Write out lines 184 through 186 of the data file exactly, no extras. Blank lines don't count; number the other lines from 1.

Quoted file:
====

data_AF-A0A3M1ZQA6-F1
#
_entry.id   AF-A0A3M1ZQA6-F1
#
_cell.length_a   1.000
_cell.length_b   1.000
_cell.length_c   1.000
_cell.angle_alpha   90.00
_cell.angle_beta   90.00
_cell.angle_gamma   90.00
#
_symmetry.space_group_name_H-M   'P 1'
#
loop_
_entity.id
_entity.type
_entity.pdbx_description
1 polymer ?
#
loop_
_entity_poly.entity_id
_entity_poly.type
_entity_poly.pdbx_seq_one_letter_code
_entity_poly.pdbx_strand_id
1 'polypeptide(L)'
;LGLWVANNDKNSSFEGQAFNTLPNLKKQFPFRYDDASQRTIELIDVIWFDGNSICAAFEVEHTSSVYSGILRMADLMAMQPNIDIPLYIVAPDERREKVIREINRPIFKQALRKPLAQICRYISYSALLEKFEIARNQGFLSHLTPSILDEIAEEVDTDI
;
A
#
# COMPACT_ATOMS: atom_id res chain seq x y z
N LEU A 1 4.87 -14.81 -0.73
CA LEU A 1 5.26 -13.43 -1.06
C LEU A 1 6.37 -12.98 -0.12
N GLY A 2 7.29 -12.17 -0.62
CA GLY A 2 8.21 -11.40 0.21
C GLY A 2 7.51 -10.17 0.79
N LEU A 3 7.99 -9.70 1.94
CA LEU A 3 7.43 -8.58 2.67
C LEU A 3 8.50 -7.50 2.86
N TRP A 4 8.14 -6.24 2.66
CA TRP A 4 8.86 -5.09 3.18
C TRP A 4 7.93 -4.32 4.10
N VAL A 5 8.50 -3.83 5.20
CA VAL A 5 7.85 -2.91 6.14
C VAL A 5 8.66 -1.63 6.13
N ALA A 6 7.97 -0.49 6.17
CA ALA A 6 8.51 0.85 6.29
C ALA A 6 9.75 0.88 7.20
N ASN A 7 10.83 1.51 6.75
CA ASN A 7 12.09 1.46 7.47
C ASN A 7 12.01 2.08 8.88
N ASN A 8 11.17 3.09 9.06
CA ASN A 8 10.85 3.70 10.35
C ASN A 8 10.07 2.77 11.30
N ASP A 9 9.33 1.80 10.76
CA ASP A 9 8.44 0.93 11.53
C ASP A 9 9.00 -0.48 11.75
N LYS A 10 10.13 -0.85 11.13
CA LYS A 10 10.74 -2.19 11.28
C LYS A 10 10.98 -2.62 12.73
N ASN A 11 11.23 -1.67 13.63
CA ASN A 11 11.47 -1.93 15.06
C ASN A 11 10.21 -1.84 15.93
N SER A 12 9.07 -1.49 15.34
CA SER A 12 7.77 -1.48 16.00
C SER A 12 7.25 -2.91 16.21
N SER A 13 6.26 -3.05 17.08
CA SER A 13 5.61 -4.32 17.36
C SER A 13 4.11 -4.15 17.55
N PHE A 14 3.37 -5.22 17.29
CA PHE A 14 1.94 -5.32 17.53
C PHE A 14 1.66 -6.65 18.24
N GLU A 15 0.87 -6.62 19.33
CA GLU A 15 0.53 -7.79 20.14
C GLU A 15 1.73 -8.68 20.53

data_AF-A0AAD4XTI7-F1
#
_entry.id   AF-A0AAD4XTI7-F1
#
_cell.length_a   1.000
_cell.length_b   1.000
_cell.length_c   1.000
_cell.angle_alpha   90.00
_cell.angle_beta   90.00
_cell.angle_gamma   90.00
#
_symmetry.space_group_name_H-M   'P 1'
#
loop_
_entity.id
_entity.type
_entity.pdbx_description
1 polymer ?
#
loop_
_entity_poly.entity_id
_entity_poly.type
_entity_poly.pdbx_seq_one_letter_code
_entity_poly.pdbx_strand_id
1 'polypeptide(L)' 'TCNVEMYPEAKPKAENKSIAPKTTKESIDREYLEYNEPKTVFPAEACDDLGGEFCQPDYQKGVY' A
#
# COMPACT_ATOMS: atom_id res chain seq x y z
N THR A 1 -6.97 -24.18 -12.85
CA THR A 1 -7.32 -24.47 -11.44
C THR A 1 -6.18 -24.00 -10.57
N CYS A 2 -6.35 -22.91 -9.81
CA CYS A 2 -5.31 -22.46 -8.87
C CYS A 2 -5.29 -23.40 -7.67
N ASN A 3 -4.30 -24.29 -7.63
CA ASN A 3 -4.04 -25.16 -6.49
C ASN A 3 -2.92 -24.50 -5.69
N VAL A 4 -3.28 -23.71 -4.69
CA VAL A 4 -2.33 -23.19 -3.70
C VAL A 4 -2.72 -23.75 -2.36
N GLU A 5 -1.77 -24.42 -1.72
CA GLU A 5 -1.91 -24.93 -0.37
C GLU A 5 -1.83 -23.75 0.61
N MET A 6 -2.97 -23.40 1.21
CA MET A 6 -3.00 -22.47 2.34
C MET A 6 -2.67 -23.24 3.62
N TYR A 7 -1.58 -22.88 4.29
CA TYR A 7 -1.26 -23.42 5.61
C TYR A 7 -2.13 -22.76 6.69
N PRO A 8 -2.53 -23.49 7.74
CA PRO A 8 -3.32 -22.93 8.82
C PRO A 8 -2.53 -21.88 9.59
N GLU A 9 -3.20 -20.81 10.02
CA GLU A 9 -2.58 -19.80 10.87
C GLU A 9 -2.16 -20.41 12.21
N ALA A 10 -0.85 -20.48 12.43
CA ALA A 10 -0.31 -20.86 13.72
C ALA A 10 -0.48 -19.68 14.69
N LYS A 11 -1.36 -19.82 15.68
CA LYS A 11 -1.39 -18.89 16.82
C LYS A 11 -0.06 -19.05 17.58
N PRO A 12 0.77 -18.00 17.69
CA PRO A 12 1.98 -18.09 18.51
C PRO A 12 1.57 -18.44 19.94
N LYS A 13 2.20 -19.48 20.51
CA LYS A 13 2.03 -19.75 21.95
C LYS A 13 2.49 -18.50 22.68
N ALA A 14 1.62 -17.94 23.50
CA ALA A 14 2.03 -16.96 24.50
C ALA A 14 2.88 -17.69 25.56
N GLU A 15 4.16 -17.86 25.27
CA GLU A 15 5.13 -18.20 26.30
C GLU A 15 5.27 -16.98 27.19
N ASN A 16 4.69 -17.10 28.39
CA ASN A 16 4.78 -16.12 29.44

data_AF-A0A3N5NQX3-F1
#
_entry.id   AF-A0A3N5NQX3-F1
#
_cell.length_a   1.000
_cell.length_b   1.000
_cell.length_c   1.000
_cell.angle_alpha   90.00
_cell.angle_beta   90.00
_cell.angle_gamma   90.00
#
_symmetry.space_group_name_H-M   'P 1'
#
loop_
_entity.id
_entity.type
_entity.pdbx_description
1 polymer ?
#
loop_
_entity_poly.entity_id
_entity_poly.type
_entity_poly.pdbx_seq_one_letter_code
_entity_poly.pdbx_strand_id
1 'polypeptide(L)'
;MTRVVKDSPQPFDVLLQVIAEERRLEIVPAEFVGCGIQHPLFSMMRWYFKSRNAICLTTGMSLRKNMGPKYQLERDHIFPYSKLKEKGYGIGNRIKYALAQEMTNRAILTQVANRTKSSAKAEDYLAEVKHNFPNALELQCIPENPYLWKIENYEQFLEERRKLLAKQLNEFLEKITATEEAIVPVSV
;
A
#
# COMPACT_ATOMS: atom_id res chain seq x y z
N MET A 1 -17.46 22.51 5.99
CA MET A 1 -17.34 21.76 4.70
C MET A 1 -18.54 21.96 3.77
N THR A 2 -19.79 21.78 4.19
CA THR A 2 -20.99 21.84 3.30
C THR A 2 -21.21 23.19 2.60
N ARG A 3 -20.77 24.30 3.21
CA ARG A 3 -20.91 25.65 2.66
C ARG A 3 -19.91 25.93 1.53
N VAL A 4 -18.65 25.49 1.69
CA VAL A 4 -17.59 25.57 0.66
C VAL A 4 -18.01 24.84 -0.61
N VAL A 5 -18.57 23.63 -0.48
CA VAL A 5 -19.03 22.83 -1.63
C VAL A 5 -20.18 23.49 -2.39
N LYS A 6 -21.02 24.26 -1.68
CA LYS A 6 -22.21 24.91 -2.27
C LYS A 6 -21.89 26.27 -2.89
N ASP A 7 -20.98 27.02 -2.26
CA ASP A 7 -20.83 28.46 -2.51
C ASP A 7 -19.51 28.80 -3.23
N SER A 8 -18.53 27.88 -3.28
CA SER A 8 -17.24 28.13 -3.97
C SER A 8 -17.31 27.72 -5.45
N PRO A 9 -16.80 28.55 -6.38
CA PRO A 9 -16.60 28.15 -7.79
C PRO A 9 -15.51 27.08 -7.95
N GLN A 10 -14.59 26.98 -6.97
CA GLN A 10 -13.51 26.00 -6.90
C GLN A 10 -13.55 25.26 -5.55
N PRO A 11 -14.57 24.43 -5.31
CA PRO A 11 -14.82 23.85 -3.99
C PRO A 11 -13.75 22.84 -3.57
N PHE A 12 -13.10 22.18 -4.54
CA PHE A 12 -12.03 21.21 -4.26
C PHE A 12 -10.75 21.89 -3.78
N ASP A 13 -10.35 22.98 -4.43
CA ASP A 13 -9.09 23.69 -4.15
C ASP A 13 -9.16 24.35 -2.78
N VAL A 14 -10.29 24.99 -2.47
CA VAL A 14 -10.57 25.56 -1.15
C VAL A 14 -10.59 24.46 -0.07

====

CA THR A 2 -20.99 21.84 3.30
C THR A 2 -21.21 23.19 2.60
N ARG A 3 -20.77 24.30 3.21